What Hoteliers Need to Learn About Protecting Guest Data

Guidelines for hoteliers to protect their guest data

The hotel sector, like many others, is vulnerable to cyberattacks. Hotels are common targets for identity and financial fraud for obvious reasons. The majority of purchases are made using a credit or debit card, and they can often happen while a tourist is there.

A data breach can not only be disastrous for your visitors, but it can also seriously harm your reputation, have an adverse effect on your financial situation, and put you at risk of legal action and associated charges. Studies reveal that the average cost of a data breach in the US is around $9.44 million.  That’s why you need to take extra measures to protect your client’s data.

5 Guidelines for Protecting Hotel Client Data

These five tips can help you safeguard your customers’ information.

  1. Switch to a safe cloud data storage system

    Switching to a cloud database for all your information systems can enhance your efforts to protect the data of your visitors. When small businesses try to run their own secure data infrastructure, they are particularly vulnerable. 60% of small firms have to close permanently within six months after an attack.

    A cloud data system may delegate your essential cybersecurity requirements to professionals who prioritize security.

  2. Provide training to your employees

    Training your staff when adopting cybersecurity guidelines throughout a hospitality network is essential. 95% of cybersecurity breaches result from human error, as hackers frequently try to contact any employee through social engineering and phishing techniques.

    You can recognize and thwart these fraudulent attempts more regularly if you train your personnel on handling consumer data. Integrating staff training into your cybersecurity strategy by implementing an internal program or providing online training alternatives is a great option.

  3. Limit who has access to sensitive data

    Many people work in hotels, and the more people have access to a guest’s private information, the greater the risk. Computers or other systems that store sensitive data ought to be password-protected.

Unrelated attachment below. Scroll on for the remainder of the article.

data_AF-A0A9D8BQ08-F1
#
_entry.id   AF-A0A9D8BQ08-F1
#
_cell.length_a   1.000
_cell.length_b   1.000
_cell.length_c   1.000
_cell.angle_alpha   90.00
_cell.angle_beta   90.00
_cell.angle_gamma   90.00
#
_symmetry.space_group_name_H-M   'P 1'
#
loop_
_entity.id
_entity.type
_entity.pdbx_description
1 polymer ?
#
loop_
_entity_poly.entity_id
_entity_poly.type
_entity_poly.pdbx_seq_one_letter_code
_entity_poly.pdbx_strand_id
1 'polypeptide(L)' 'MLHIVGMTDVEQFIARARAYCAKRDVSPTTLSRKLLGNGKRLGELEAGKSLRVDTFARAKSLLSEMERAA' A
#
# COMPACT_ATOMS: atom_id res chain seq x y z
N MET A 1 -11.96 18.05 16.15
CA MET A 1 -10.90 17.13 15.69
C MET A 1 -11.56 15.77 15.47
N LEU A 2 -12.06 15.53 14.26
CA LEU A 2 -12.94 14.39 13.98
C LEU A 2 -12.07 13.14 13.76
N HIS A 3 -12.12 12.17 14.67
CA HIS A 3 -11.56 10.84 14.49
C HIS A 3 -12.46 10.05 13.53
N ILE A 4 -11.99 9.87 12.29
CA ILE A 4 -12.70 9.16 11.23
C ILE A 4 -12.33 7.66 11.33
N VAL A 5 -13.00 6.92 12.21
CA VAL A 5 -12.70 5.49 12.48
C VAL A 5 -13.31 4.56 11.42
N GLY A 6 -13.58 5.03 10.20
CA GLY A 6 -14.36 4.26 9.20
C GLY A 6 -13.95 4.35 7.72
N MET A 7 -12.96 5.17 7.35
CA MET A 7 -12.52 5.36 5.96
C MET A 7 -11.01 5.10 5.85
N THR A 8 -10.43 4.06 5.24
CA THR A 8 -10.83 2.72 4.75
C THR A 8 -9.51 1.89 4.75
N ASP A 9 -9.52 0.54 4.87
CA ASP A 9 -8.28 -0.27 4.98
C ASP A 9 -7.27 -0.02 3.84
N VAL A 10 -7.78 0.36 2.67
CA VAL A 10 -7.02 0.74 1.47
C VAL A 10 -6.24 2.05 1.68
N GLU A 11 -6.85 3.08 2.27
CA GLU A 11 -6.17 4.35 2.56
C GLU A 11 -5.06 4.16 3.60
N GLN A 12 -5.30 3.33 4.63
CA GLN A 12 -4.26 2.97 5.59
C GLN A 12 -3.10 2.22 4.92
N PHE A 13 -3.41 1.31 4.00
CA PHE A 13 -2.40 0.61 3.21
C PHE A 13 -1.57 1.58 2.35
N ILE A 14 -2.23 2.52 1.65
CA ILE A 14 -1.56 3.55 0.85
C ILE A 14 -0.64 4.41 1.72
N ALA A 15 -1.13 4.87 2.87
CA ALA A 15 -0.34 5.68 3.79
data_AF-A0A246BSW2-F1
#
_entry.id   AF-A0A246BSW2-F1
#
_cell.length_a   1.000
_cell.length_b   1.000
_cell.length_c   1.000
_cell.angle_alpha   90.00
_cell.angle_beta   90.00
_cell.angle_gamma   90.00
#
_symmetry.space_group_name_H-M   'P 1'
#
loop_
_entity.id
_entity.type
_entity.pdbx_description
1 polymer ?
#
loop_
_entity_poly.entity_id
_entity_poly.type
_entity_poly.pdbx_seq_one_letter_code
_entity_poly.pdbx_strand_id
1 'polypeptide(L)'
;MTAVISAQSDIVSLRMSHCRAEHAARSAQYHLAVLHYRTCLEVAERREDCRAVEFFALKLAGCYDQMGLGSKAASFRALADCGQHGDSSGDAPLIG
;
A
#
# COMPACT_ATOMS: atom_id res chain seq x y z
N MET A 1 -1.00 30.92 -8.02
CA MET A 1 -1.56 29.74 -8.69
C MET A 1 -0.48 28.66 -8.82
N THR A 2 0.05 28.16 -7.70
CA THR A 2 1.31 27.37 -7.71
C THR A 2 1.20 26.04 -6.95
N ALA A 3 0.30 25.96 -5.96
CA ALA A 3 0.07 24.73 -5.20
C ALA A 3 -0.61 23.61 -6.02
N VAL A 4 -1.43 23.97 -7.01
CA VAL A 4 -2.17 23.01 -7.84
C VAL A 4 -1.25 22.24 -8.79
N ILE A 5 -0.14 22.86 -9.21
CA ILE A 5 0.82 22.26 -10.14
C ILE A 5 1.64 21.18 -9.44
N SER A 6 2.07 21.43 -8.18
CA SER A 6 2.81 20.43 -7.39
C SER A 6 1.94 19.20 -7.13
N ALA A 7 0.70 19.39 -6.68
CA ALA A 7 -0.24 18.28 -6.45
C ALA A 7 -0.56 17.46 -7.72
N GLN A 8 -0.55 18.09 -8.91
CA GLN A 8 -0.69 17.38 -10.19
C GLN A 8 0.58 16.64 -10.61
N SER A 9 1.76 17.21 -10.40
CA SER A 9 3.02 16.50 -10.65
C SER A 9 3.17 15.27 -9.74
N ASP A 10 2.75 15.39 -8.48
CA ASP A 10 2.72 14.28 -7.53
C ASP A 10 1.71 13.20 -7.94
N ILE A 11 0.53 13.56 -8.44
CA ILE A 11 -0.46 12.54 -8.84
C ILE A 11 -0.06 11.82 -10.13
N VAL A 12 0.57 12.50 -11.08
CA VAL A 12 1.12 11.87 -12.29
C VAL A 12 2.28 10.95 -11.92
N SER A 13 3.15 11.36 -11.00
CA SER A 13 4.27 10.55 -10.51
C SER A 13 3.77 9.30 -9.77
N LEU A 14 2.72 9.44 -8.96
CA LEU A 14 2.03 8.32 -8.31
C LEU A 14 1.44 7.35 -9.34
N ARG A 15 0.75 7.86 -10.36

It is advised that access be restricted to those who genuinely require it. Low-level staff frequently have a high turnover rate in the hotel industry and shouldn’t have access to confidential information.

  4. Never disseminate information

    You should never think about disclosing your guests’ personal information to a third party. Your clients might stop trusting you, and you might be held accountable if the incorrect person obtains the data.

    • Consult an MSP

      A managed service provider (MSP) will be directly in charge of maintaining IT security at your hotel, from assisting you in selecting the best system to train your staff.

      A managed service provider (MSP) will continuously monitor your network to spot problems and will set up the proper network, tools, and procedures to stop breaches from happening in the first place.

    • Final Takeaway

      These guidelines can assist you in fending off the worst cybersecurity risks the modern day offers. Every department at your hotel, no matter how slight, should think about taking security precautions for your data systems. Assess vulnerable access points first, then move on to undervalued, securely held visitor information. Cloud data storage and thorough employee training can greatly aid these initiatives.

Learn More About Preventing Cyber-Attacks with CLIC

If you want to learn more about cyber-attacks prevention or if you are looking to get insurance for your hotel data, contact us today. Our team at California Lodging Investment Conference will help you explore your options while connecting you with leading professionals in the hotel insurance industry.

JOIN OUR “CLIC”

The CLIConference is the only Hotel Investment Conference in California.

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